Russia rebuilding ties with the Taliban

A Taliban government delegation is taking part in the St. Petersburg International Economic Forum, after a proposal by Russian ministries to remove the Islamic movement from the list of banned terrorist organizations.

When a delegation of Afghanistan’s Taliban-led government first visited the St. Petersburg International Economic Forum in 2022, it was the topic of much talk — not just in Russia, but around the world.

Now, two years later, another visit by Afghanistan’s delegation would have barely made the news if it hadn’t been for the proposal by Russia’s foreign and justice ministries to remove the Taliban from the list of banned terrorist organizations.

While Russian President Vladimir Putin has not spoken on the matter directly, he has said the move was necessary to build ties with the Taliban and with the current leadership in Afghanistan.

Hans-Jakob Schindler, a Middle East expert at Counter Extremism Project (CEP), believes Russia’s Foreign Ministry might be expecting something in return for delisting the Taliban as a terrorist group. But that might be easier said than done.

“The Taliban are always very willing to accept advance concessions,” said Schindler, “but things get complicated when it comes to reciprocating them.”

Thomas Ruttig, co-founder of the Afghanistan Analysts Network, interpreted the Kremlin’s recent overtures as “a kind of piecemeal tactic, advancing toward official recognition in very smalls steps — something the Taliban is sure to be pleased about.”

Both Schindler and Ruttig agree the next step following Taliban’s delisting as a terrorist organization could be its official recognition as a legitimate state power.

What next for the Taliban?

Moscow has kept informal ties with the Taliban since 2015, and Russia is suspected to have delivered weapons to the movement in the past.

In March 2022, both sides assumed official diplomatic relations. Six months prior, in August 2021, Taliban fighters took over Afghanistan’s government in a rapid sweep that was met with little resistance. After 20 years of involvement, Western armed forces and diplomatic representatives who had supported the former government swiftly left the country.

The Taliban were previously in power in Afghanistan between 1996 and 2001. Two decades later, the Taliban’s return has also meant the restoration of their narrow interpretation of Islamic law, and with it, the wide restriction of basic human rights, particularly for women and girls.

No state has officially recognized the Taliban as Afghanistan’s legitimate government, and Russia has listed the movement as a banned organization since 2003.

Kazakhstan was the first country to remove Taliban from its list of terrorist organizations in 2023, and experts believe Russia could follow suit at its ongoing economic forum. But Schindler believes it would be a “diplomatic fumble” to announce such a step without expecting anything in return.

“On the other hand, one cannot sign any trade agreement worth mentioning with an organization that’s officially still listed as a terrorist group,” he said.

The diplomacy expert added that Russia’s steps toward normalizing ties with the Taliban were calculated, and came with limited risks.

“It hardly matters whether Russia crosses the Taliban off its terror list or not, as long as the United Nations Security Council in New York keeps the Taliban on it sanctions list,” he said. The UN’s sanctions list is legally binding for Russia.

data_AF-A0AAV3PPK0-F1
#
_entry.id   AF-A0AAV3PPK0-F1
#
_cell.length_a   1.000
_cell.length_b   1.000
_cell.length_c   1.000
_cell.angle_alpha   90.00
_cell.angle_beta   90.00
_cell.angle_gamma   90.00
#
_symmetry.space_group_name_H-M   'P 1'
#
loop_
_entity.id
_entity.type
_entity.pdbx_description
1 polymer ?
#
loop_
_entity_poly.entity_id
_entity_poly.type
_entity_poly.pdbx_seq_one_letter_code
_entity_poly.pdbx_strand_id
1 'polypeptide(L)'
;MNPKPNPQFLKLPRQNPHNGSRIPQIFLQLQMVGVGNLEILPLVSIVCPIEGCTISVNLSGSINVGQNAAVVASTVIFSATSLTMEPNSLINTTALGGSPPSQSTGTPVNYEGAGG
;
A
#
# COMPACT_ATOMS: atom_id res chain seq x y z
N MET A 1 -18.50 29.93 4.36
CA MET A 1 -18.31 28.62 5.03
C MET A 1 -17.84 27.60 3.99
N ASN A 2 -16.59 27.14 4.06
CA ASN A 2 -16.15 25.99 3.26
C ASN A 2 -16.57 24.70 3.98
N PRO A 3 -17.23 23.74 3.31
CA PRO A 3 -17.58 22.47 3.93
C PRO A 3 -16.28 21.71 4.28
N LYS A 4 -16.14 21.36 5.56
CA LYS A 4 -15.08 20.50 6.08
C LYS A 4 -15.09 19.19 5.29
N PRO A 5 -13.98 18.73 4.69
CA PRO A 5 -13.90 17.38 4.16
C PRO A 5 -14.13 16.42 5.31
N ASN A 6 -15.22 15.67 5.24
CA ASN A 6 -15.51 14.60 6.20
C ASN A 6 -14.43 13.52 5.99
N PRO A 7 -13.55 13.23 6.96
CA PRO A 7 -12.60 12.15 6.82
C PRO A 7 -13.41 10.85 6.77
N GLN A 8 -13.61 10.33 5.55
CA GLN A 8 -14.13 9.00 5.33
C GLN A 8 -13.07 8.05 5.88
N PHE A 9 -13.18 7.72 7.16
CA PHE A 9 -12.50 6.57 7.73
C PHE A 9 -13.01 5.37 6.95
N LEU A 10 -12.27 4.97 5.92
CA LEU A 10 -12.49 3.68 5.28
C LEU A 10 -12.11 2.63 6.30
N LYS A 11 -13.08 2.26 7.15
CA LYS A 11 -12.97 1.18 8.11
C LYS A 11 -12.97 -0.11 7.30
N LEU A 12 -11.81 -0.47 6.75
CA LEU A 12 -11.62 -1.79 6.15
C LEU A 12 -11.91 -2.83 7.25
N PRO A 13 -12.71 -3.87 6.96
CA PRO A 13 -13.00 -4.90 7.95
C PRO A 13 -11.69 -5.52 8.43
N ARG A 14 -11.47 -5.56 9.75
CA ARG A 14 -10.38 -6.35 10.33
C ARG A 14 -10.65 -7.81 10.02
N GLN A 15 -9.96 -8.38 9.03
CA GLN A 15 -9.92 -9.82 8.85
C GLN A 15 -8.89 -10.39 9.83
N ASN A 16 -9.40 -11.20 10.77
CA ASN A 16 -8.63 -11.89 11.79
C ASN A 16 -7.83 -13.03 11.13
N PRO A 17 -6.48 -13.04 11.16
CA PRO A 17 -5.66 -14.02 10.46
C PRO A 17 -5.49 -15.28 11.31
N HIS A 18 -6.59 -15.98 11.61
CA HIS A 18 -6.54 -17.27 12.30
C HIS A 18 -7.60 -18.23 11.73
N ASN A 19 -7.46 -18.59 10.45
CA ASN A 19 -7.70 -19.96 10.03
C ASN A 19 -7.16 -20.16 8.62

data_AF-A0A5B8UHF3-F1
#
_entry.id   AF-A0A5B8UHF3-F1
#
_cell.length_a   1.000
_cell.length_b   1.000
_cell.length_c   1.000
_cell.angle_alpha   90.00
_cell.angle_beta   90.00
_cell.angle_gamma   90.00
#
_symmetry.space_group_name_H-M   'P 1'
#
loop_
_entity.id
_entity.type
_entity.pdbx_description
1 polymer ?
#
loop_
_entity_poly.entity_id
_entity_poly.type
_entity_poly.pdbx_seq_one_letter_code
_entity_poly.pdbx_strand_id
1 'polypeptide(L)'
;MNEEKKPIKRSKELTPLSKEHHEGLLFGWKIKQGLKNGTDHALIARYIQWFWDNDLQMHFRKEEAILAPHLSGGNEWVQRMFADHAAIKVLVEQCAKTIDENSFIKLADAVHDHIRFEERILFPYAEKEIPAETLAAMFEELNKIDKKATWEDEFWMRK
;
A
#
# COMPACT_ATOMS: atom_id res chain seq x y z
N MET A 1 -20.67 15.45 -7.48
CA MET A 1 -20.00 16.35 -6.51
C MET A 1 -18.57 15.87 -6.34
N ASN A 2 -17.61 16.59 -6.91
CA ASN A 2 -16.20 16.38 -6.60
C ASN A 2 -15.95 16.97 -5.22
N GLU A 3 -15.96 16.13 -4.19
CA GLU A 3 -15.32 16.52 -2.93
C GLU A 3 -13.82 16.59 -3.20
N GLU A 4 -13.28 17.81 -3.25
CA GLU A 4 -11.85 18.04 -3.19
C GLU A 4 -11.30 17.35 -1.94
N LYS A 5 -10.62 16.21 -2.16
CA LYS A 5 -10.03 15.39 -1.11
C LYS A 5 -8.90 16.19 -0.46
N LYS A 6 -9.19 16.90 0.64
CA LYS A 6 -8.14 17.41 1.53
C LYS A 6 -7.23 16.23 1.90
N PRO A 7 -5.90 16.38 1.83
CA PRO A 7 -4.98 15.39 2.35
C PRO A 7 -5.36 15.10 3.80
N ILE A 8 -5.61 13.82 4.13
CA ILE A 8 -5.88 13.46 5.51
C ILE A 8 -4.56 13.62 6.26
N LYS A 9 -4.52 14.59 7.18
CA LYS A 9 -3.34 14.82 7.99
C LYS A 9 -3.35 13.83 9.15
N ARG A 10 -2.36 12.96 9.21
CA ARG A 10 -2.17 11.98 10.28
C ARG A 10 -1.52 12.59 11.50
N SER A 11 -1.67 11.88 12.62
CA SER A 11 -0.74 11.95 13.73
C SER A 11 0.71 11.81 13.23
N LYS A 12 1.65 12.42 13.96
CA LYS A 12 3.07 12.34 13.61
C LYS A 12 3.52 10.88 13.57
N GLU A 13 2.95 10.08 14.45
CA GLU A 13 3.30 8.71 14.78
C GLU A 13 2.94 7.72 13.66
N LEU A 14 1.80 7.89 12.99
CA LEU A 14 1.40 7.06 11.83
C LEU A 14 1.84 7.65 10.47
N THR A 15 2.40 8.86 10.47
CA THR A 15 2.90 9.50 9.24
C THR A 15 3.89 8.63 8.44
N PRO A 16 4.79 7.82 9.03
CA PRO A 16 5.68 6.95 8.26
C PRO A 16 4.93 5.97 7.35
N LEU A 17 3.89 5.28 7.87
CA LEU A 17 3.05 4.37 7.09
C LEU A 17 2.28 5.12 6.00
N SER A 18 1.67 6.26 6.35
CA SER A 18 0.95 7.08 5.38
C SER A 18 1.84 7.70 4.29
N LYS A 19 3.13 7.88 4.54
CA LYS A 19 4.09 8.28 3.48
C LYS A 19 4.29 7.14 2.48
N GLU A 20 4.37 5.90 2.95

To avoid breaching UN sanction agreements, DW understands that Russia was careful to invite Taliban representatives to St. Petersburg who were not specifically targeted.

Strengthening future relations

According to Russian officials, last year’s trade between both countries saw a fivefold increase and shot past the billion-dollar mark, Schindler said. However, “a billion dollars might be enormous to Afghanistan’s economy, but it’s not much to Russia’s economy,” he added.

Ruttig believes that deepening ties with the Taliban regime is part of a Chinese and Russian foreign policy attempt to fill a geopolitical power vacuum that followed the West’s 2021 withdrawal, and bring the Taliban into an anti-Western alignment.

Schindler added that improved ties could also be driven by economic considerations and the hopes that Afghan soil is rich with strategically relevant minerals, which can only be exploited if peace is brought to the country and the proper infrastructure installed.

Ruttig added that Kabul might not be a priority to Moscow in foreign policy terms, but Moscow was interested in turning Afghanistan into a hub for infrastructure.

Ally against terror must be ‘delicately balanced’

Another factor to consider is the March Crocus City Hall terrorist attack carried out by the Islamic State in Khorasan (ISIS-K). According to Schindler, this taught the Russian leadership that Afghanistan was once again home to a terrorist organization that posed a threat to foreign countries. Ruttig believes this must have awoken Moscow’s interest in deepening contact with the current regime in Kabul.

But the experts didn’t agree on how the Taliban might help Moscow minimize any terrorist risk. While Ruttig believes the Taliban was doing everything in its power to combat the so-called “Islamic State,” Schindler thinks Moscow falsely assumes the Taliban has rejected ISIS-K, listing two reasons why this assumption would be incorrect: firstly, many ISIS-K members were formerly part of the Taliban movement, and secondly, many current Taliban members are ideologically very close to the ISIS-K.

Schindler said that, in order to survive politically, the Taliban’s fight again ISIS-K will have to be “delicately balanced.”